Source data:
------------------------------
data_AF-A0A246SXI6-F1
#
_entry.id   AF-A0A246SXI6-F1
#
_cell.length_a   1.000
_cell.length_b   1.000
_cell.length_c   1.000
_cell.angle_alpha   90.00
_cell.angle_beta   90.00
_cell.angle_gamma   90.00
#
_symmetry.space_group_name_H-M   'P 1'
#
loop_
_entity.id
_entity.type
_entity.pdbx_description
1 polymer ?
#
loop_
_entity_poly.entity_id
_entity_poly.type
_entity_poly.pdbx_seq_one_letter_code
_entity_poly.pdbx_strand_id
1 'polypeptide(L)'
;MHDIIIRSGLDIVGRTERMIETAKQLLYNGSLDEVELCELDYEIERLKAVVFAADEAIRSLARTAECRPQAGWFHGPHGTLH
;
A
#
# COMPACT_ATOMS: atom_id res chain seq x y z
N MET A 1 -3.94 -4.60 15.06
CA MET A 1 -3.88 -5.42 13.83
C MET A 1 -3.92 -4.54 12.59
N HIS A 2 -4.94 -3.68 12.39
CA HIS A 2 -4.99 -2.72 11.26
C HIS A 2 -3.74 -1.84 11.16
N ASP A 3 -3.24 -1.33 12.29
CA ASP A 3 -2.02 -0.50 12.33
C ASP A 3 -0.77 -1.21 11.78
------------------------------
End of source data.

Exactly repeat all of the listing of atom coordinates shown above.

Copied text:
data_AF-A0A246SXI6-F1
#
_entry.id   AF-A0A246SXI6-F1
#
_cell.length_a   1.000
_cell.length_b   1.000
_cell.length_c   1.000
_cell.angle_alpha   90.00
_cell.angle_beta   90.00
_cell.angle_gamma   90.00
#
_symmetry.space_group_name_H-M   'P 1'
#
loop_
_entity.id
_entity.type
_entity.pdbx_description
1 polymer ?
#
loop_
_entity_poly.entity_id
_entity_poly.type
_entity_poly.pdbx_seq_one_letter_code
_entity_poly.pdbx_strand_id
1 'polypeptide(L)'
;MHDIIIRSGLDIVGRTERMIETAKQLLYNGSLDEVELCELDYEIERLKAVVFAADEAIRSLARTAECRPQAGWFHGPHGTLH
;
A
#
# COMPACT_ATOMS: atom_id res chain seq x y z
N MET A 1 -3.94 -4.60 15.06
CA MET A 1 -3.88 -5.42 13.83
C MET A 1 -3.92 -4.54 12.59
N HIS A 2 -4.94 -3.68 12.39
CA HIS A 2 -4.99 -2.72 11.26
C HIS A 2 -3.74 -1.84 11.16
N ASP A 3 -3.24 -1.33 12.29
CA ASP A 3 -2.02 -0.50 12.33
C ASP A 3 -0.77 -1.21 11.78